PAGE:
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Cable v. Paternity Court E-156

United States District Court, S.D. Indiana, Indianapolis Division

December 1, 2017

MICHAEL JAMES CABLE, Plaintiff,
v.
PATERNITY COURT E-156, FOREIGN REGISTERED AGENTS WITHIN/WITHOUT THE U.S. INC., LORI DURBIN, STEVE DURBIN, JOHN COX, MICHELLE LANE COX Person 2523 - to Include any and all descendants/ancestors, Defendants.

          ENTRY GRANTING IN FORMA PAUPERIS STATUS, DISMISSING COMPLAINT, DIRECTING PLAINTIFF TO CEASE THREATENING FILINGS, AND DIRECTING ENTRY OF FINAL JUDGMENT

          SARAH EVANS BARKER, JUDGE UNITED STATES DISTRICT COURT.

         I. In Forma Pauperis

         The plaintiff's motion to proceed in forma pauperis, dkt. [6], is granted. The assessment of an initial partial filing fee is not feasible at this time. Notwithstanding the foregoing ruling, “[a]ll [28 U.S.C.] § 1915 has ever done is excuse pre-payment of the docket fees; a litigant remains liable for them, and for other costs, although poverty may make collection impossible.” Abdul-Wadood v. Nathan, 91 F.3d 1023, 1025 (7th Cir. 1996).

         II. Background

         Plaintiff Michael Cable (“Mr. Cable”) is a prisoner currently incarcerated at the Marion County Jail. Because the plaintiff is a “prisoner” as defined by 28 U.S.C. § 1915(h), this Court has an obligation under 28 U.S.C. § 1915A(b) to screen his complaint before service on the defendants. Pursuant to 28 U.S.C. § 1915A(b), the Court must dismiss the complaint if it is frivolous or malicious, fails to state a claim for relief, or seeks monetary relief against a defendant who is immune from such relief. In determining whether the complaint states a claim, the Court applies the same standard as when addressing a motion to dismiss under Federal Rule of Civil Procedure 12(b)(6). See Lagerstrom v. Kingston, 463 F.3d 621, 624 (7th Cir. 2006). To survive dismissal,

[the] complaint must contain sufficient factual matter, accepted as true, to state a claim for relief that is plausible on its face. A claim has facial plausibility when the plaintiff pleads factual content that allows the court to draw the reasonable inference that the defendant is liable for the misconduct alleged.

Ashcroft v. Iqbal, 556 U.S. 662, 678 (2009). Pro se complaints such as that filed by the plaintiff are construed liberally and held to a less stringent standard than formal pleadings drafted by lawyers. Obriecht v. Raemisch, 517 F.3d 489, 491 n.2 (7th Cir. 2008).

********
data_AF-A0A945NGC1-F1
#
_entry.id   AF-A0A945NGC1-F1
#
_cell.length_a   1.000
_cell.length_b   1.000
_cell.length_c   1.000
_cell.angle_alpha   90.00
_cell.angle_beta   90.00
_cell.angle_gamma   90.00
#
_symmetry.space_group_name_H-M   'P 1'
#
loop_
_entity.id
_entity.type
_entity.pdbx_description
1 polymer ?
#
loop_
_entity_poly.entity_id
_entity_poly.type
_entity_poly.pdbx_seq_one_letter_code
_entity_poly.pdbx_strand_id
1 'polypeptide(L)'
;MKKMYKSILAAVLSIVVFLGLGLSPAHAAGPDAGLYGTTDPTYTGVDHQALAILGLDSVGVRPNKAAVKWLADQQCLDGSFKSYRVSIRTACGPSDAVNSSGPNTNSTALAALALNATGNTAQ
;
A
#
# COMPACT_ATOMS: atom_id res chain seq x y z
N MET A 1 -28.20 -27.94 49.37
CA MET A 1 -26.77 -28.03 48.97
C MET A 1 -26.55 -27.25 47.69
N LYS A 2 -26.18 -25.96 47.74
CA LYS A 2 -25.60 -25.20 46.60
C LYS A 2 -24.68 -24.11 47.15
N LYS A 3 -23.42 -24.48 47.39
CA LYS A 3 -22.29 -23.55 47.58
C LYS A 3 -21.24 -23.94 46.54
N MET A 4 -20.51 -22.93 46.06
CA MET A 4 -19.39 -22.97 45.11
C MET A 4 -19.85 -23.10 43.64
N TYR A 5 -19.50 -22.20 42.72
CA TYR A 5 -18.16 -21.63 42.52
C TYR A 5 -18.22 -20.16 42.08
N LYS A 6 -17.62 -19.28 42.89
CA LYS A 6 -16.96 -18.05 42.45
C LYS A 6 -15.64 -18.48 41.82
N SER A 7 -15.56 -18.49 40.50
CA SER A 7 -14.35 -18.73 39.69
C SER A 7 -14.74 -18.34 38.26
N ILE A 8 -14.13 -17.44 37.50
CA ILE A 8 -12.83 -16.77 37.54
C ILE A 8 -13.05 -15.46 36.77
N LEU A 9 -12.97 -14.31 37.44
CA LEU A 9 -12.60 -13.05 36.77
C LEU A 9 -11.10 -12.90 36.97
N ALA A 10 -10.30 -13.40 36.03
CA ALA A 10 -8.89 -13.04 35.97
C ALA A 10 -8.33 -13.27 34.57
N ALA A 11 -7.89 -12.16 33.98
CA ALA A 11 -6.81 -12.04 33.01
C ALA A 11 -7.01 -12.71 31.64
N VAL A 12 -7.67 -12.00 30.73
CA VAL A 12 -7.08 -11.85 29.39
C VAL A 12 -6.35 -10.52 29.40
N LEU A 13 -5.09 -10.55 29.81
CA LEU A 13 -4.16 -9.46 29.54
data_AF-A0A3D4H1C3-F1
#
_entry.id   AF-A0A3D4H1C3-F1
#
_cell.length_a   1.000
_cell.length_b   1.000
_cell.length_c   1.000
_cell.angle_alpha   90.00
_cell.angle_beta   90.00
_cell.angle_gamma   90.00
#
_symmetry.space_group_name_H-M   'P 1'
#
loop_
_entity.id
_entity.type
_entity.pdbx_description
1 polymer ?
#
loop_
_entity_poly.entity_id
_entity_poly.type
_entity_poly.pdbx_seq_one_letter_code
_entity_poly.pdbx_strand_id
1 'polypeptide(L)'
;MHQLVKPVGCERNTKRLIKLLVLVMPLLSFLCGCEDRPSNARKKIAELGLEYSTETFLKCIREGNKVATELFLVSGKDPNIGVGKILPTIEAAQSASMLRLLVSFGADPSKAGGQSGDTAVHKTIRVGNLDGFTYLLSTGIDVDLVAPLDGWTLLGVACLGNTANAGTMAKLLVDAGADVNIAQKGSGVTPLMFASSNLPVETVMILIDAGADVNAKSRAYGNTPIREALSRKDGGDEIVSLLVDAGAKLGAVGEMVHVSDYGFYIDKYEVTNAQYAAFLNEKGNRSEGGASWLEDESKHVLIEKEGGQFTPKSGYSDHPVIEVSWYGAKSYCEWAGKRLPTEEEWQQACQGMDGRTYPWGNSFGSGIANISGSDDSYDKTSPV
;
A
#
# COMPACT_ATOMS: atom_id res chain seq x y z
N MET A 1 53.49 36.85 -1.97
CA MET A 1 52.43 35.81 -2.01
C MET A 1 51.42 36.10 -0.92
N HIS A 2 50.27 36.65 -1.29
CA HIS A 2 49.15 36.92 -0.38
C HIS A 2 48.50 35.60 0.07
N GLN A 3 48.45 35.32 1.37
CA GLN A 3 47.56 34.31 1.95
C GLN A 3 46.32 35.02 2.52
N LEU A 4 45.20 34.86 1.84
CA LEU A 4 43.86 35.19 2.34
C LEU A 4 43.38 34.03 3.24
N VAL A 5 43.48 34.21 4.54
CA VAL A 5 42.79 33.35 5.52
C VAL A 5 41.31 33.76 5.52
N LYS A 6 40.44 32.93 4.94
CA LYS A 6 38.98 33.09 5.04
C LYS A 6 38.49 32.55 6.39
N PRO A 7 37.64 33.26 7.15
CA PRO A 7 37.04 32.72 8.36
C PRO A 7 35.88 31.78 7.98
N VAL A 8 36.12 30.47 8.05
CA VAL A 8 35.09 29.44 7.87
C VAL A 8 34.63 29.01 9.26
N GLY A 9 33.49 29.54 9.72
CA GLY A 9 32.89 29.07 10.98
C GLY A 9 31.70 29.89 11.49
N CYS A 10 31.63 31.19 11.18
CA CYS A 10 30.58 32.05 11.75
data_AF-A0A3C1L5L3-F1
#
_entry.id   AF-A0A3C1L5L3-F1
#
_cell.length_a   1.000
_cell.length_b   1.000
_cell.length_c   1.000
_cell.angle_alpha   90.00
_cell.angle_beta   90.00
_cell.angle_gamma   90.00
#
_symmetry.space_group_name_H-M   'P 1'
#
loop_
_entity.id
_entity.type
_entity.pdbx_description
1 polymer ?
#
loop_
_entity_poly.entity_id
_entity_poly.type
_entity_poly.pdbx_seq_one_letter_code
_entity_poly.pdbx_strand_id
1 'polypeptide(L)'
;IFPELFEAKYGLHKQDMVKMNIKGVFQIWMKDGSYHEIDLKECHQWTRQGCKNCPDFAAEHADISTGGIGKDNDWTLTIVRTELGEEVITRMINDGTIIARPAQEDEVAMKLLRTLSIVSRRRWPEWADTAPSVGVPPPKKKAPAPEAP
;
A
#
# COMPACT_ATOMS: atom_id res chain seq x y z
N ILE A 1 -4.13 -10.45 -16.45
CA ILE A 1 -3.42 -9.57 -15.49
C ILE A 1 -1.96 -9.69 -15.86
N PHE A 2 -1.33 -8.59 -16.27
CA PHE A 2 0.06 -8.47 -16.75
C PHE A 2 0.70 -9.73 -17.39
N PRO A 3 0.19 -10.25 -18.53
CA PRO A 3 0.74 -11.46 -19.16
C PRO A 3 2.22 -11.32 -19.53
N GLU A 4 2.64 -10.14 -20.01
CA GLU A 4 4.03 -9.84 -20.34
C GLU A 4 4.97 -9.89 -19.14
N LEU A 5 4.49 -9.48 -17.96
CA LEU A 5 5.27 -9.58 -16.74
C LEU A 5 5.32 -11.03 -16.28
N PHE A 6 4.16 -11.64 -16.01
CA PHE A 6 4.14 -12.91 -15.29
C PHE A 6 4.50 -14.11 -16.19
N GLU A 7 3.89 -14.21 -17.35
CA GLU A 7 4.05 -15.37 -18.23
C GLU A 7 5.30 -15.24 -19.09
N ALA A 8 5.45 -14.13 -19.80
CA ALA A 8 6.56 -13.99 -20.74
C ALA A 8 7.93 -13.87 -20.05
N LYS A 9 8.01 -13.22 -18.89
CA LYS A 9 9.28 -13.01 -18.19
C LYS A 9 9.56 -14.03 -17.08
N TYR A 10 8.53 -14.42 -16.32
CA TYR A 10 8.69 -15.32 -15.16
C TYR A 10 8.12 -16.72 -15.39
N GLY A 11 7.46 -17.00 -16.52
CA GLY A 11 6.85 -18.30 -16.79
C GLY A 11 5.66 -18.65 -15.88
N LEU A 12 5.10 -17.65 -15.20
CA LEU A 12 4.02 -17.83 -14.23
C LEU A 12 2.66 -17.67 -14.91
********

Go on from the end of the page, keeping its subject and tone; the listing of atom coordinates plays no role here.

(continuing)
III. Screening

         Mr. Cable brings this action against the following defendants: 1) Paternity Court E-156; 2); Lori Durbin; 3) Steve Durbin; 4) John Cox; and 5) Michelle Lane Cox - Person 2523. For some unknown reason Mr. Cable refers to the mother of his children as “Person 2523.” That moniker is associated, no doubt, with the fact that Mr. Cable signs his own name as “in propria persona” and describes himself as a “foreign national.”

         Any claim brought against Paternity Court E-156 is dismissed for failure to state a claim upon which relief can be granted because a courtroom is not a suable entity.

         Mr. Cable does not allege any specific wrongdoing on the part of the remaining defendants. In order to state a constitutional claim against an individual defendant, a plaintiff must allege facts sufficient to reflect that the defendant participated in unconstitutional activity. See Burks v. Raemisch, 555 F.3d 592, 593-94 (7th Cir. 2009). Because no allegations of misconduct are alleged on the part of the defendants, the claims against them must be dismissed for failure to state a claim upon which relief can be granted.

         Mr. Cable's claims are for the most part unintelligible. It is clear that he is not pleased with rulings issued in a State court paternity action relating to his daughters, but any such claims brought in this Court are dismissed for lack of jurisdiction. This Court lacks jurisdiction over domestic relations matters. Ankenbrandt v. Richards, 504 U.S. 689, 703 (1992) (reaffirming the “domestic relations exception” to exercising diversity jurisdiction and noted that this exception “divests the federal courts of power to issue divorce, alimony, and child custody decrees”); Jones v. Brennan, 465 F.3d 304, 306 (7th Cir. 2006) (the domestic-relations exception “denies federal jurisdiction to grant a divorce or exercise the other characteristic powers of a domestic-relations court”).

         In the “relief wanted” section of his complaint, Mr. Cable threatens the Court and others he asserts are responsible for perceived wrongdoing. The Court does not respond to nor tolerate such threats, and Mr. Cable is well-advised to CEASE all such communications in the future.

         IV. ...


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